- Dollar cost averaging (DCA) is an investing method that involves investing a fixed amount of money in an asset on a consistent basis over time.
- Dollar cost averaging can be useful for investors who would otherwise choose not to invest at all or who are unsure about how to determine entry points into a stock or ETF.
- Motif Investing’s new recurring transfers feature can help you quickly get started with DCA today.
When you’re seeing a lot of red in your investment portfolio it can feel rather overwhelming. Volatile and downward trending markets can test even the most experienced investors’ patience and perseverance.
While you might be tempted to liquidate your positions and start stock piling cash, it’s best not to rush into anything drastic. If your big picture financial goals include growing wealth through investing, now is a good time to consider a trading strategy known as dollar cost averaging.
What Is Dollar Cost Averaging (DCA)?
In simple terms, dollar cost averaging is a trading method that involves investing a fixed amount of money in an asset such as a stock or ETF on a consistent basis over time. Using a set schedule to invest, regardless of the share price should result in more shares purchased when prices are low, and fewer shares bought when prices are high.
For example, you could initiate a DCA trading strategy to habitually invest $1,000 into Stock A at the start of every single month for five years. Depending on the price of Stock A from one month to the next, the number of shares each $1,000 injection can purchase will vary.
To illustrate, if the price of Stock A is $50 on March 1st, your $1,000 would purchase 20 shares. If the stock price drops to $45 on April 1st, your second $1,000 would buy 22.22 shares. And if the price goes up to $53 on May 1st, your third $1,000 would purchase 18.87 shares of Stock A. This would result in an average cost of $49.11.
If you had enough cash flow to purchase $3,000 of stock on March 1st instead of using the DCA approach above, you would only hold 60 shares of Stock A with an average cost of $50. Perhaps if you had the vision that the price would fall, you could have waited until April 1st to invest the $3,000, but it is too difficult for most investors to foresee optimal entry points.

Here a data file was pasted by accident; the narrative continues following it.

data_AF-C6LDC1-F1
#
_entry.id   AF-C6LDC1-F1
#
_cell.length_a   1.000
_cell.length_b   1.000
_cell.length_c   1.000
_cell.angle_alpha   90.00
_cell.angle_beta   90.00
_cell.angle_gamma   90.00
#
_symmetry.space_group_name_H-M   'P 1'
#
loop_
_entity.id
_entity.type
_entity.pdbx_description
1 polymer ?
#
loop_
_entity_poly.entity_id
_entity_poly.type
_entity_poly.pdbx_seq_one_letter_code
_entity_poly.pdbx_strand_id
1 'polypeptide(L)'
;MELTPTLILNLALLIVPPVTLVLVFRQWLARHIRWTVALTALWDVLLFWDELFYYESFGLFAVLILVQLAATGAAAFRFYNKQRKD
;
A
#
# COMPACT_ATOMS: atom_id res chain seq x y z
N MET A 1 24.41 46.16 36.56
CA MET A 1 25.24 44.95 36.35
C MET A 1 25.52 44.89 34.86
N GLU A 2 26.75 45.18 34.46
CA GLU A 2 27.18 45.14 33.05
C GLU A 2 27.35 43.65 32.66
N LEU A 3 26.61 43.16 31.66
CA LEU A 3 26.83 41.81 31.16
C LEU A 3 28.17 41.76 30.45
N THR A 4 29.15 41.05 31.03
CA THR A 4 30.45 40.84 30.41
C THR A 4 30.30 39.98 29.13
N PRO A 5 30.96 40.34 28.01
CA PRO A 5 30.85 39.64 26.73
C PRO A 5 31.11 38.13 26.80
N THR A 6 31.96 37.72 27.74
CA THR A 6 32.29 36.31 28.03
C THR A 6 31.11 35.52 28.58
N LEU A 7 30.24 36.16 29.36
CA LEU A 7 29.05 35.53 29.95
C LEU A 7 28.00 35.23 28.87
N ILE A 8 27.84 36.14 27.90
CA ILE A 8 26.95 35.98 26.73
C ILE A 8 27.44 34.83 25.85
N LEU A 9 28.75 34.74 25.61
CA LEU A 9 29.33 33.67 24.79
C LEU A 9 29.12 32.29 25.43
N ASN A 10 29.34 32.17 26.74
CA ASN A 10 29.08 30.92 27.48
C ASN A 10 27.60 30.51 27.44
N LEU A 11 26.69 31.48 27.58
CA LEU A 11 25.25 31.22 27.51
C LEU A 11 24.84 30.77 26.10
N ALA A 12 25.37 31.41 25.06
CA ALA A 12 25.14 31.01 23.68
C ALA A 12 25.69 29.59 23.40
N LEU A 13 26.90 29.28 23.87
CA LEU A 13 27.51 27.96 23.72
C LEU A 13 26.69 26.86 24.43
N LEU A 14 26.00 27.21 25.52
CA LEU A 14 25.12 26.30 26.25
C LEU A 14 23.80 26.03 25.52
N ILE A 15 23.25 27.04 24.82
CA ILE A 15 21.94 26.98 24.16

The objective of a dollar cost averaging strategy is to consistently invest and achieve a lower average price per share than if you were to try and time the market.
Reasons To Consider Dollar Cost Averaging
There’s no question that the stock market is unpredictable. Even if you read every investing book in the world and stay on top of all the latest news, it’s unlikely you would have the ability to time every one of your trades perfectly.
How much DCA could benefit your portfolio depends on your individual situation, the direction of the market, your risk preference and goals, asset allocation, and amount of disposable cash at hand.
A study by Vanguard found that dollar cost investing is inferior in performance to lump sum investing about two-thirds of the time. However, in their research they were focused on investors with large, readily available lump sums of money. In other words, this study was analyzing voluntary DCA, meaning the investors had the choice of keeping some of their cash liquid and deliberately distributing it over time.
This is in contrast to involuntary DCA when investors are not sitting on a pile of cash and utilize features like auto-deposits to make consistent investments on a set schedule using their current income such as someone investing $1,000 out of their paycheck every month.1
According to their research, if you have a large sum of money at hand that you want to invest but are concerned with minimizing downside risk, and also want to avoid the possibility of regret if you invest everything before a downturn in the market, then dollar cost averaging can be more beneficial than lump sum investing.